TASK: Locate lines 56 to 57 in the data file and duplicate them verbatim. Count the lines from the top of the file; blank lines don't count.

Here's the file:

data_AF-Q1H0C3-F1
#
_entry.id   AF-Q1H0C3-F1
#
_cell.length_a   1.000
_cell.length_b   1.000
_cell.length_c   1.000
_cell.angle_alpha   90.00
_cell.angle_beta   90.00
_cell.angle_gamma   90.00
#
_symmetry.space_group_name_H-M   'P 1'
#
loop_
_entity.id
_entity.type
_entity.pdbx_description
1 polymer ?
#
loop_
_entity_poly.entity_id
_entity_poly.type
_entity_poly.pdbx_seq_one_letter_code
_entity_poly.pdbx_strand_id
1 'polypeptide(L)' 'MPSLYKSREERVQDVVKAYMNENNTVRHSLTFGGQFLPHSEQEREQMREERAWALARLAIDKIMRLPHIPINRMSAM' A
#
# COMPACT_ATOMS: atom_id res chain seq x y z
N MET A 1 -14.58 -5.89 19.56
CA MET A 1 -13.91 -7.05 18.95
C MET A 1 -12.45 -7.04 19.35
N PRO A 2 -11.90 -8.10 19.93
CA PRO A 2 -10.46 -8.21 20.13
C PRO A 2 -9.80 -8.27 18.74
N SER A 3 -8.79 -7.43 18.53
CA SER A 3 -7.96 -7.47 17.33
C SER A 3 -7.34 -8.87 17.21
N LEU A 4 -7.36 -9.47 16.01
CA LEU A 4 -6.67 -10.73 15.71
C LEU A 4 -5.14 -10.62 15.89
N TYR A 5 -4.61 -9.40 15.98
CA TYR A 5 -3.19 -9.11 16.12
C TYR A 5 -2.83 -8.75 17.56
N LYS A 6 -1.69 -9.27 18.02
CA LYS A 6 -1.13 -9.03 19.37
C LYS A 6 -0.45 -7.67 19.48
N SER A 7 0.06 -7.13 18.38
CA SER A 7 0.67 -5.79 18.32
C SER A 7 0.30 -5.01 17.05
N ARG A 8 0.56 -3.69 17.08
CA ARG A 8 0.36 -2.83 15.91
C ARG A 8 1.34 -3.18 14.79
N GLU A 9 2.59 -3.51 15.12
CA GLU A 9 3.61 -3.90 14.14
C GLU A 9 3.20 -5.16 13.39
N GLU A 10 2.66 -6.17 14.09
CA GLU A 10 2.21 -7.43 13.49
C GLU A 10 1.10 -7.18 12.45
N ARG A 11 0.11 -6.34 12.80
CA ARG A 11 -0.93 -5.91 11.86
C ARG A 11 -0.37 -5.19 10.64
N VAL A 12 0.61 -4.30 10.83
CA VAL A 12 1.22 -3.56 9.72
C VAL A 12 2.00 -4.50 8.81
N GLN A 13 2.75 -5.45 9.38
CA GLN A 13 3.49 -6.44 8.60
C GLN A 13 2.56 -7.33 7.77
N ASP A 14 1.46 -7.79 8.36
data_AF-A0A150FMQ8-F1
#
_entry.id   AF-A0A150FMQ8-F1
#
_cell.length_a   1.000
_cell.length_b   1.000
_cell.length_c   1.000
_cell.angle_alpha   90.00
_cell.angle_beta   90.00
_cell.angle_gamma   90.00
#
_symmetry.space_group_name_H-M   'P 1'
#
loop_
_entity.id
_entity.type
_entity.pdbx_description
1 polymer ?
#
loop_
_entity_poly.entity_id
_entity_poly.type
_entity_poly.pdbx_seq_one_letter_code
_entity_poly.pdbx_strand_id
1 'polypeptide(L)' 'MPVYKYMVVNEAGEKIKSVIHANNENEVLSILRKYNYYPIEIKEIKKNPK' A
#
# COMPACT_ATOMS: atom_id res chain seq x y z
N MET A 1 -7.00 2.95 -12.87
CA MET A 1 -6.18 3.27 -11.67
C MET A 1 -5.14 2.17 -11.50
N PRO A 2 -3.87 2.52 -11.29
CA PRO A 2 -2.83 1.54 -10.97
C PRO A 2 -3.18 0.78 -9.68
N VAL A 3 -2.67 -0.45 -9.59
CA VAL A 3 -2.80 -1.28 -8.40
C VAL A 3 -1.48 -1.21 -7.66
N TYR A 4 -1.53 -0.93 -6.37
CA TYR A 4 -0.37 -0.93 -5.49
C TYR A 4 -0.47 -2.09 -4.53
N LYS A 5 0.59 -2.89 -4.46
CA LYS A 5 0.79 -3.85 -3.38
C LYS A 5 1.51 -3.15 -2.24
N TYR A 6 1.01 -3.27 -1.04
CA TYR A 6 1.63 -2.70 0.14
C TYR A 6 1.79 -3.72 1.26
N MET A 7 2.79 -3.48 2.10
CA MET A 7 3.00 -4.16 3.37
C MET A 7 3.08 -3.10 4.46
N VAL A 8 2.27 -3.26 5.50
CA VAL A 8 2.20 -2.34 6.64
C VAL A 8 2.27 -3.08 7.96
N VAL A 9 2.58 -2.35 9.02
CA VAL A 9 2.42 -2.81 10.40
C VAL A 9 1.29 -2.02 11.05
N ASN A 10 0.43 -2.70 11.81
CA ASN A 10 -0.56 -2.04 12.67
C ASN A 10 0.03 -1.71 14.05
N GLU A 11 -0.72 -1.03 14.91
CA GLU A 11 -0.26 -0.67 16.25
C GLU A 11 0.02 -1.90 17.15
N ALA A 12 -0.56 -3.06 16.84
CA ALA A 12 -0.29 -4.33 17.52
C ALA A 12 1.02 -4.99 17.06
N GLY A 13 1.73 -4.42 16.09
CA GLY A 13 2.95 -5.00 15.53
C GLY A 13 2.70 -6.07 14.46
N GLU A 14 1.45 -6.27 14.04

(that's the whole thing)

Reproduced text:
CA GLU A 10 2.21 -7.43 13.49
C GLU A 10 1.10 -7.18 12.45